Latinos in the 2014 Election: Iowa
This profile provides key demographic information on Latino eligible voters1 and other major groups of eligible voters in Iowa.2 All demographic data are based on Pew Research Center tabulations of the U.S. Census Bureau’s 2012 American Community Survey.3
Hispanics in Iowa’s Eligible Voter Population
- The Hispanic population in Iowa ranks 36th in the nation. About 161,000 Hispanics reside in Iowa, 0.3% of all Hispanics in the United States.
- Iowa’s population is 5% Hispanic, ranking 35th in Hispanic statewide population share nationally.
- There are 61,000 Hispanic eligible voters in Iowa—ranking 36th in Hispanic statewide eligible voter population nationally. California ranks first with 6.4 million.
- Some 3% of Iowa eligible voters are Hispanic, ranking 36th in Hispanic statewide eligible voter share nationally. New Mexico ranks first with 40%.
- Some 38% of Hispanics in Iowa are eligible to vote, ranking Iowa 38th nationwide in the share of the Hispanic population that is eligible to vote. By contrast, 78% of the state’s white population is eligible to vote.
Characteristics of Eligible Voters
- Age. About one-third of Hispanic eligible voters in Iowa (36%) are ages 18 to 29, about the same as the share of all Latino eligible voters nationwide (33%) in that age range. By contrast, only 21% of all Iowa eligible voters and 22% of all U.S. eligible voters are ages 18 to 29.
- Citizenship and Nativity. Among Hispanic eligible voters in Iowa, 20% are naturalized U.S. citizens—lower than the 25% of Hispanic eligible voters in the U.S. Just 2% of all eligible voters in Iowa and 8% of eligible voters in the U.S. overall are naturalized U.S. citizens.
- Hispanic Origin. Hispanic eligible voters in Iowa have a different Hispanic origin profile from Hispanic eligible voters nationwide. About three-quarters (76%) of Hispanic eligible voters in Iowa are of Mexican origin, 7% are of Puerto Rican origin, and 18% claim other Hispanic origin. Among all Hispanic eligible voters nationwide, 59% are Mexican, 14% are Puerto Rican, and 27% are of some other Hispanic origin.
- Educational Attainment. About one-quarter of Latino eligible voters in Iowa (23%) have not completed high school, about triple the 8% of all Iowa eligible voters who have not completed high school and the same as the 23% of Hispanics nationwide who have not completed high school.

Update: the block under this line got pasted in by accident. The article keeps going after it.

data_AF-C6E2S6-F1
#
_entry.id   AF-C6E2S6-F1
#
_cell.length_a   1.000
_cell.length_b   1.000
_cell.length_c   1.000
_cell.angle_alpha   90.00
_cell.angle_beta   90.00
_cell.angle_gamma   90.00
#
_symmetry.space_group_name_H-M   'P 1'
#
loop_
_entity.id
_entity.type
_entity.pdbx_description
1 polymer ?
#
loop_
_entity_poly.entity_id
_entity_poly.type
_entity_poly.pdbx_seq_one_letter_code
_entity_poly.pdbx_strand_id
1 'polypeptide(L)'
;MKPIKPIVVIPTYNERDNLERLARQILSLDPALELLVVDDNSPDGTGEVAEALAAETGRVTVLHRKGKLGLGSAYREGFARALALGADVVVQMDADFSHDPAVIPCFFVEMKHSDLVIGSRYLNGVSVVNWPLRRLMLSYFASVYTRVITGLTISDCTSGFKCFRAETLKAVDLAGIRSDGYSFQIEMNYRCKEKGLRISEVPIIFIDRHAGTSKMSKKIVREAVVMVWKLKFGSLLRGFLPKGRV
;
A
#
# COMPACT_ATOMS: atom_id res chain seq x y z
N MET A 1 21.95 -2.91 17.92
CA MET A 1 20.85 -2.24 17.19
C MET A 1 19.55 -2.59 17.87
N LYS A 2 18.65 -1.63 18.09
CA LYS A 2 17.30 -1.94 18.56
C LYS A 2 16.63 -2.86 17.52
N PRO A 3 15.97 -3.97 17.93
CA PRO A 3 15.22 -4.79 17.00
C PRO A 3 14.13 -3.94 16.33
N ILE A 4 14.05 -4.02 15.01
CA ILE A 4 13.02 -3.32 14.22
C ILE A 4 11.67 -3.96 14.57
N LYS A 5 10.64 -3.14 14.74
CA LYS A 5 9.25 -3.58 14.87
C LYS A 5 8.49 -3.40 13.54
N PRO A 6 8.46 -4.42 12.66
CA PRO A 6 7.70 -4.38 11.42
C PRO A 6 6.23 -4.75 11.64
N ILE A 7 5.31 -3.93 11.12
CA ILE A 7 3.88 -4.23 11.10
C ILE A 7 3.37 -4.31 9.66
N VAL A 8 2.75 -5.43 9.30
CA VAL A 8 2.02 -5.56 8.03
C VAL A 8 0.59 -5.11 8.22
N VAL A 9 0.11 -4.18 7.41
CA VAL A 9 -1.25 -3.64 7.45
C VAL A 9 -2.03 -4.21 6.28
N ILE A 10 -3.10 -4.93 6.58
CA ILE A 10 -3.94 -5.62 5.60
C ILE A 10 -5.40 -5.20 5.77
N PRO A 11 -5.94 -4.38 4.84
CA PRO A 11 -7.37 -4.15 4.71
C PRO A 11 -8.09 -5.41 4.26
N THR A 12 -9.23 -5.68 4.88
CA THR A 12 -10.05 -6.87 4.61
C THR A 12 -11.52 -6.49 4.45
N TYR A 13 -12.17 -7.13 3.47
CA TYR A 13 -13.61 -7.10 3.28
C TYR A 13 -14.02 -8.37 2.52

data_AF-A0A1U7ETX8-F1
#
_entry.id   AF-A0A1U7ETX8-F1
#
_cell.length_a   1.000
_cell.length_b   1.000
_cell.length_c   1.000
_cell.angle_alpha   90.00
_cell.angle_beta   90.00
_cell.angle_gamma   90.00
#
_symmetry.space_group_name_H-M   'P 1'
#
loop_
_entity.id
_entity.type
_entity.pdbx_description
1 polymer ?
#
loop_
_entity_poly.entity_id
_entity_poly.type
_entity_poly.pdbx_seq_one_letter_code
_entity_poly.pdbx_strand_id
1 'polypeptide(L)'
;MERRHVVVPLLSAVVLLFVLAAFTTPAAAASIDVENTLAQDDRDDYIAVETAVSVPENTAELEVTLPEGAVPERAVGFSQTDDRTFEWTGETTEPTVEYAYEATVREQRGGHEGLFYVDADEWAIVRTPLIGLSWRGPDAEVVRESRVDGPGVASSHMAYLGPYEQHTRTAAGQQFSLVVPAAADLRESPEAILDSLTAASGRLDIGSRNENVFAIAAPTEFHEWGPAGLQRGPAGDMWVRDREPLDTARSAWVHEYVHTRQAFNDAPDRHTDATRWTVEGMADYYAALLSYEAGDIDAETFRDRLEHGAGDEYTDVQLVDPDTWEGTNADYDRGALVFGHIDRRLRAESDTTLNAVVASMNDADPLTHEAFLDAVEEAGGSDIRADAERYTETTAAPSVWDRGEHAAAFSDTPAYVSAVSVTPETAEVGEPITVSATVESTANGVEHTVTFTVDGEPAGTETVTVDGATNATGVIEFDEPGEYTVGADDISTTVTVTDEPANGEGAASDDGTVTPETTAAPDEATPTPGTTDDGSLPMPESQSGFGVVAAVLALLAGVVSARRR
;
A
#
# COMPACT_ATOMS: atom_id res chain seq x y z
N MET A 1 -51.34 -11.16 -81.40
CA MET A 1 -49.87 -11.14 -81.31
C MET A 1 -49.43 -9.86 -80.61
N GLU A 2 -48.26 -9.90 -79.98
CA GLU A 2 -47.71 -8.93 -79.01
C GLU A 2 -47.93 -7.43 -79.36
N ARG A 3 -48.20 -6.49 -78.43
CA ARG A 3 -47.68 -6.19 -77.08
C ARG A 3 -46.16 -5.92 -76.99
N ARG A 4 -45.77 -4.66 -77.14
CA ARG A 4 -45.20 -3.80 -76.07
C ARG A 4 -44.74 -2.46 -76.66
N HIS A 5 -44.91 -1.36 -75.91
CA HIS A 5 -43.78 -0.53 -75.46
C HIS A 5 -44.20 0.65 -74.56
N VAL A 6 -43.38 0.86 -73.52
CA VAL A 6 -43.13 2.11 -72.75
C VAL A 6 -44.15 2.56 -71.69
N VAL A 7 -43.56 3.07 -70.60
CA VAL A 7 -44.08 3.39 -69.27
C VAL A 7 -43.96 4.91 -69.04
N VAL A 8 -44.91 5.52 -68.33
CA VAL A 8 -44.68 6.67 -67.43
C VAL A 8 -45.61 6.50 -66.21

- Homeownership. Six-in-ten Hispanic eligible voters in Iowa live in owner-occupied homes, compared with 56% of all Hispanic eligible voters nationwide. Greater shares of all eligible voters in Iowa (73%) and eligible voters nationwide (67%) live in owner-occupied homes.
Characteristics of Eligible Voters in Iowa, by Race and Ethnicity
- Number of Eligible Voters. White eligible voters outnumber Hispanic eligible voters in Iowa by about 35 to 1. There are a similar number of Hispanic (61,000) and black (57,000) eligible voters in Iowa.
- Age. Latino eligible voters are younger than white eligible voters in Iowa. Some 36% of Latinos are ages 18 to 29, compared with 20% of white eligible voters. About one-third of black eligible voters (31%) are ages 18 to 29.
- Educational Attainment. Hispanic eligible voters have lower levels of high school education than do white and black eligible voters in Iowa. Some 23% of Hispanic eligible voters have not obtained a high school diploma, compared with 7% of white eligible voters and 13% of black eligible voters. However, Hispanics are about as likely as blacks to have at least a bachelor’s degree—15% compared with 12%. One-quarter of whites have a bachelor’s degree or more.
- Homeownership. Hispanic eligible voters (60%) are more likely than black eligible voters (35%), but are less likely than white eligible voters (75%) to live in owner-occupied homes in Iowa.
- Eligible voters are defined as U.S. citizens ages 18 and older. Eligible voters are not the same as registered voters. To cast a vote, in all states except North Dakota, an eligible voter must first register to vote. ↩
- The terms “Hispanic” and “Latino” are used interchangeably. References to other races and ethnicities are to the non-Hispanic components of those populations. ↩
- This statistical profile of eligible voters is based on the Census Bureau’s 2012 American Community Survey (ACS). The ACS is the largest household survey in the United States, with a sample of about 3 million addresses. The data used for this statistical profile come from the 2012 ACS Integrated Public Use Microdata Series (IPUMS), representing a 1% sample of the U.S. population. Like any survey, estimates from the ACS are subject to sampling error and (potentially) measurement error. More information is available on ACS sampling strategy and associated error. ↩